Below is a paper I submitted to jcgt.org that unfortunately did not get accepted. Maybe next time!
The main idea of this paper is that bilinear interpolation can be equivalent to the De Casteljau algorithm, which means that if you set up a texture in a specific way, and sample from it at specific texture coordinates, that it will in fact give you Bezier curve points as output! It scales up for higher dimensional textures, as well as higher order curves.
The image below shows this in action for a cubic Bezier curve (3 control points) being stored and recalled from a 2×2 texture (there is actually a curve stored in each color channel).
This image is from an extension linked to lower down which applies the technique to surfaces and volumes:
The primary feedback from the reviewers and editor was that:
- It was an interesting technique and they thought it was a paper worth reading.
- The usage case was fairly limited though – basically only when your are compute bound in your shader program, and have some curve calculations to offload to the texture sampler. Or if you are already using a lookup texture and would benefit from fewer instructions and smaller lookup textures.
- It could have been shorter due to the writing being shorter, but also it could have been less thorough. For instance, it didn’t need to show equivalence to both the De Casteljau’s algorithm as well as Bernstein polynomials, since it’s already known that those are equivalent.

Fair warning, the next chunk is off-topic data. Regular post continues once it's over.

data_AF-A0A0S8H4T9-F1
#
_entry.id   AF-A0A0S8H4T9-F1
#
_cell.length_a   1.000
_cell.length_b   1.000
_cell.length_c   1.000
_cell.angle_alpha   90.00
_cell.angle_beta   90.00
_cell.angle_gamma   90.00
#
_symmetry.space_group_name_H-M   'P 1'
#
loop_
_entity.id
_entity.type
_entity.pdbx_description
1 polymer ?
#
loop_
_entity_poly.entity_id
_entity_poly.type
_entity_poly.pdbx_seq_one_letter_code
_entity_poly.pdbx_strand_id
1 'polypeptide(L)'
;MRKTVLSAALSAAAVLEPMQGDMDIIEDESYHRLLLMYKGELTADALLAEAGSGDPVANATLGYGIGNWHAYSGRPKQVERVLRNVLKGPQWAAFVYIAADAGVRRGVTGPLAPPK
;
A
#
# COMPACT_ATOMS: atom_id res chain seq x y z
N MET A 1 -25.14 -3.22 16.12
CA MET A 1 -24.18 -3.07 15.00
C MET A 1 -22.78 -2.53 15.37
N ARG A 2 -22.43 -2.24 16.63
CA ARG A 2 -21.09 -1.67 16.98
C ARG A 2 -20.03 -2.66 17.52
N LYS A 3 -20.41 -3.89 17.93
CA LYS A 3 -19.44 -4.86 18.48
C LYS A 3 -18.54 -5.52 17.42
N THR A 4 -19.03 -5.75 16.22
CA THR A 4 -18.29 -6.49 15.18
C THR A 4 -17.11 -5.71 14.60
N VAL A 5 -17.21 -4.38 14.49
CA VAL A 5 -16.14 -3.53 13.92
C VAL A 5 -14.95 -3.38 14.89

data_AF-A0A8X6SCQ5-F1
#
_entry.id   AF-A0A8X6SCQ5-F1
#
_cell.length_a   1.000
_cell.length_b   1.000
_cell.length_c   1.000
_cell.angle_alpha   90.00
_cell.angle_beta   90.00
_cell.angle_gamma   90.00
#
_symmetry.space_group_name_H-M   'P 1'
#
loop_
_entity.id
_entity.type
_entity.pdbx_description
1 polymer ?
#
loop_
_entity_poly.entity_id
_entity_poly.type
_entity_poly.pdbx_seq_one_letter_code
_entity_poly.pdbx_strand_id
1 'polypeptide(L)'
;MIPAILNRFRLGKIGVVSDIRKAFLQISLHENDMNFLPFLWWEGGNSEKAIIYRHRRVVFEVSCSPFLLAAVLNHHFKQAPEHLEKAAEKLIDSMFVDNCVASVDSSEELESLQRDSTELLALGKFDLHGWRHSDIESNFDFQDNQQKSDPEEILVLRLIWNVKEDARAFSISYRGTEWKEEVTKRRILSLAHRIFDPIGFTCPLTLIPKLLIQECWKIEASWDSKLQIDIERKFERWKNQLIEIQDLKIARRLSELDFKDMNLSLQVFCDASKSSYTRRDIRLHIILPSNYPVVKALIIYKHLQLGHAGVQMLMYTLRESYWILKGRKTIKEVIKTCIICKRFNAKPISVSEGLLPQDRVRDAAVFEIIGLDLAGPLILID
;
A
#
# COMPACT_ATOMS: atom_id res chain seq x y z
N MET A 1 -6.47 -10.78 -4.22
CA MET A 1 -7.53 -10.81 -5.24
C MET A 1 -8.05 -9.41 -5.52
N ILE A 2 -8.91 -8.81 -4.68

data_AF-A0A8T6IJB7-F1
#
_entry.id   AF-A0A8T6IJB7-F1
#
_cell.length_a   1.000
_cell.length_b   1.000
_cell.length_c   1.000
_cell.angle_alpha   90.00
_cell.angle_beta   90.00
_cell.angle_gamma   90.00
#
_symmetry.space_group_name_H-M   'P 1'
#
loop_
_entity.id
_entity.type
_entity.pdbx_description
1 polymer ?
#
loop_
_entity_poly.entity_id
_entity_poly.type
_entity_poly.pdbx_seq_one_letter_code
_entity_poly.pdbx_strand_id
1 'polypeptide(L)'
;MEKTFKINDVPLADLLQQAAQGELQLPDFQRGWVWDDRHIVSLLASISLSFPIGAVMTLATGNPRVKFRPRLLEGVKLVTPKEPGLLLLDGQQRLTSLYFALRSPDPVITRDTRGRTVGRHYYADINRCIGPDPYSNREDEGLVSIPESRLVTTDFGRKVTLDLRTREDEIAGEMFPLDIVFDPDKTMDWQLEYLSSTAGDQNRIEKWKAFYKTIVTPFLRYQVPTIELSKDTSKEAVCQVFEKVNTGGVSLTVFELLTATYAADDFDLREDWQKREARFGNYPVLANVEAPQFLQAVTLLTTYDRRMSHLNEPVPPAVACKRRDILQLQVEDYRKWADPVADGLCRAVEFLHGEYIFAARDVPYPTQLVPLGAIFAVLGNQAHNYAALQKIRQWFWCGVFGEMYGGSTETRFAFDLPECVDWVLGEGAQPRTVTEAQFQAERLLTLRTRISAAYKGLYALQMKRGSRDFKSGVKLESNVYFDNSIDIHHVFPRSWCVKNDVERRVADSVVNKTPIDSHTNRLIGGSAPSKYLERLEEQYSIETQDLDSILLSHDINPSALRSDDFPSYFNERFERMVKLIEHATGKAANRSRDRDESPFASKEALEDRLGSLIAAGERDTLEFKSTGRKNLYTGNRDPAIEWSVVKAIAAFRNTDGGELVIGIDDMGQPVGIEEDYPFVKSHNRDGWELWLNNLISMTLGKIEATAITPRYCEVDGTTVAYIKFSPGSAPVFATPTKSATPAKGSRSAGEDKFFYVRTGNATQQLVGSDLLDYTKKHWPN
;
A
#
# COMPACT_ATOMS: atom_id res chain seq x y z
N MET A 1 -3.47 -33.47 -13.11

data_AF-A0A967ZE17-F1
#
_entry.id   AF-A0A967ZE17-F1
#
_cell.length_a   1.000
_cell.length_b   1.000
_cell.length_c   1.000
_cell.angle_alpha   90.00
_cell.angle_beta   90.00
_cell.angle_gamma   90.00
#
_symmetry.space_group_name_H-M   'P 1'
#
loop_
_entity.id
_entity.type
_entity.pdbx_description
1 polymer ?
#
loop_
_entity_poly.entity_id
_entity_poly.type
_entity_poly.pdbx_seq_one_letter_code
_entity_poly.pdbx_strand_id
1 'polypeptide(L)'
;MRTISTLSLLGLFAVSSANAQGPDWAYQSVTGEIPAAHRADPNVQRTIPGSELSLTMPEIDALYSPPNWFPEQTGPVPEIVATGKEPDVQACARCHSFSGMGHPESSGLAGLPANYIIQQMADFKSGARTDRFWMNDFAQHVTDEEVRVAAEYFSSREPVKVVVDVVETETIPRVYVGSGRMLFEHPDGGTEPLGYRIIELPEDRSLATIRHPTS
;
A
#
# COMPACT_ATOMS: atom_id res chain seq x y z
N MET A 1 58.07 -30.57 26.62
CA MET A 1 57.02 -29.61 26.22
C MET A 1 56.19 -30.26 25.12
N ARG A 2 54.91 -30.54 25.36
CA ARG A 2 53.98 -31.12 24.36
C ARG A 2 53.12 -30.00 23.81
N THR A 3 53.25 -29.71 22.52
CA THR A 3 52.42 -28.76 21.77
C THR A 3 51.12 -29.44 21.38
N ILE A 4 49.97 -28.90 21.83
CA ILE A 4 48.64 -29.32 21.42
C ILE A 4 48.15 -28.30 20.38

- They wanted some more performance details
I agree with the feedback, and don’t feel like taking the time to change and resubmit or submit else where, so I’m sharing it here on my blog. I hope you enjoy it and find it interesting (:
Here is the paper:
Here is the supplemental materials (opengl and webgl source code):
Here is the webgl demo from the supplemental materials, hosted on my site:
GPU Efficient Texture Based Bezier Curve Evaluation
Continuations of this work:
- Evaluating Polynomials with the GPU Texture Sampler – Extends this to all polynomials instead of just Bernstein polynomials. This is made possible by the fact that you can convert any power basis polynomial to a Bernstein basis polynomial.
- Evaluating Points on Analytical Surfaces and in Analytical Volumes Using the GPU Texture Sampler – Extends this to surfaces and volumes.
Continuations that didn’t work out:
What are your thoughts? Is this cool? Is it lame? Got some ideas to improve it? Leave a comment! (: